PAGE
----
Our first research question (i) investigated the correlation between HRV and patients’ prognosis. Giese-Davis et al. (2015), described a model of overall survival prediction. They suggested that the correlation between high-frequency power and overall survival indicates that efferent cardiac vagal activity may represent overall afferent and efferent information transfer between the vagal and the immune system and may provide early clinical prognoses in cancer patients. Guo et al. (2015), demonstrated with 24-h ECG monitoring a significantly lower survival rate in patients with SDNN < 70 ms compared to patients with SDNN > 70 ms. The same conclusion, i.e., lower SDNN associated with lower survival, was reached in the studies of Fadul et al. (2010), Kim et al. (2010), Wang et al. (2013), and also De Couck et al. (2016). Chiang et al. (2013), investigated a group of patients in a palliative care setting in their last weeks of life, although a much shorter ECG time frame (10 s to 5 min ECGs) was applied. This study also showed that patients with high-frequency power less than two dimensions had a higher risk of survival of less than 7 days.
The second research question (ii) focused on the correlation between HRV and tumor burden. Gidron, in Mouton et al. (2012), De Couck et al. (2013), and Gidron et al. (2014), analyzed data of PrC, CRC, and NSCLC patients with different cancer stages and described significantly higher tumor marker levels in patients with lower HRV.
The third research question (iii) explored the comparison between different groups of patients and healthy individuals. Among all studies related to this topic (Bettermann et al., 2001; Nevruz et al., 2007; Lin and Chen, 2010; De Couck and Gidron, 2013; Gidron et al., 2014; Bijoor et al., 2016; Koszewicz et al., 2016; Palma et al., 2016), significant differences in the HRV values were found. HRV was shown to be significantly lower in cancer patients compared to healthy individuals and also significantly lower in patients with metastases or generally with advanced stages III or IV compared to non-metastatic patients. Irrespective of the HRV measurement duration and variables, all studies showed a reduced HRV in the groups with more severely affected disease. Wang et al. (2013) and De Couck et al. (2016) evaluated the difference of patients with advanced stages compared to patients with primary and secondary stages as well as compared to healthy individuals. They reported that disease severity affects HRV, as patients in early stages showed a significantly higher vagal nerve activity than patients in later stages.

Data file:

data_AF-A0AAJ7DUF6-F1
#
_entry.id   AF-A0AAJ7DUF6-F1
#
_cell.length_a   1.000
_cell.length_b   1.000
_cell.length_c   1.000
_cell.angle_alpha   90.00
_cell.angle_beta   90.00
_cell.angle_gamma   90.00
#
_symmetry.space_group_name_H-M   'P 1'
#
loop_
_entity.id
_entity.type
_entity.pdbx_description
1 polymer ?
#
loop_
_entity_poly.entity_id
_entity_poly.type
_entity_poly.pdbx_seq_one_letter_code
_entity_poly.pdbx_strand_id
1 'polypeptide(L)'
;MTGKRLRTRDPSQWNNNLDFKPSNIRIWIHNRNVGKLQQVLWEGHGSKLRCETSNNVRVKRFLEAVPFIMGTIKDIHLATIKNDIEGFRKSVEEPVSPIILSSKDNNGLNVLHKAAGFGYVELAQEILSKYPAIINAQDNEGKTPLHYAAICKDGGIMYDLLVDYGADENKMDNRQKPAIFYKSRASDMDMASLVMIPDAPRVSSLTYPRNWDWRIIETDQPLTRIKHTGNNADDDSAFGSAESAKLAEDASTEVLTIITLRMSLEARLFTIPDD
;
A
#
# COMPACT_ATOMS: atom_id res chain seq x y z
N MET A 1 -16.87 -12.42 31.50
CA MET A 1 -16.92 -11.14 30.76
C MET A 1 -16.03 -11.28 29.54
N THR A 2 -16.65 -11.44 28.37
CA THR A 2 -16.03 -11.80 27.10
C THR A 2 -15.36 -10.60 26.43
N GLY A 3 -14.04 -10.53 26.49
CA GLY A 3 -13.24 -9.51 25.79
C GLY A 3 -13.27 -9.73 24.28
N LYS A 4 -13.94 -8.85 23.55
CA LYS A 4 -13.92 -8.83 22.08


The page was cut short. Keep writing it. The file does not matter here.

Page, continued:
In recent years HRV analysis has attracted increasing interest as a diagnostic tool in cardiology. In this field, decreased HRV is a predictor of adverse outcome in myocardial infarction, sudden cardiac death and congestive heart failure (Kleiger et al., 1987; Casolo et al., 1989; Cripps et al., 1991; Ponikowski et al., 1997; La Rovere et al., 1998, 2003; Makikallio et al., 2001). HRV may also be applied as an early indication for diabetic neuropathy (De Couck et al., 2012) and is progressively employed by athletes to assess the level of physical fitness and stress coping ability (De Meersman, 1993; Chen et al., 2011; Teisala et al., 2014).
For this systematic review, all study designs including observational studies were considered. According to the GRADE score, an observational study has an evidence level between low and moderate. Since most of the publications included here were observational studies, the overall score of the studies in this review was between low and moderate. It is important to note that no strong biases were detected in any of the prospective and retrospective observational studies included, and that the quality of all publications was good.
Based on the studies included in this review, HRV may be a useful non-invasive tool to evaluate prognosis of cancer patients. However, Fadul et al. (2010), Kim et al. (2010), and Mouton et al. (2012), still consider it a poor prognosticator, particularly in patients with advanced cancer. This prognostic function of HRV, specifically for patients with metastases, has been discussed in several studies. The main hypothesis is that a lower HRV is associated with tumor growth through three pathways, i.e., inflammation, oxidative stress, and sympathetic nerve activation. De Couck et al. (2013), argued that in earlier tumor stages, commonly provided treatments such as surgery and radiotherapy are successful in reducing the tumor burden, possibly leaving less of a margin for vagal nerve activity to contribute to the process. By contrast, these treatments may have less impact in later metastatic stages, where vagal nerve activity might possibly be of even more importance. HRV-lowering effects of chemotherapy and radiotherapy appeared to be reversible with treatment cessation. This effect may therefore not be relevant for a patient’s prognosis. In a recent study by Kim et al. (2015), HRV indices were compared to other clinical variables to capture overall survival in patients with advanced NSCLC. SDNN significantly correlated with poor survival, but was not an independent prognosticator for survival. This led to the conclusion that HRV, as a stand- alone method, might be a useful tool to monitor the general wellbeing of a patient, rather than to predict overall survival. Future studies are needed to clarify these findings.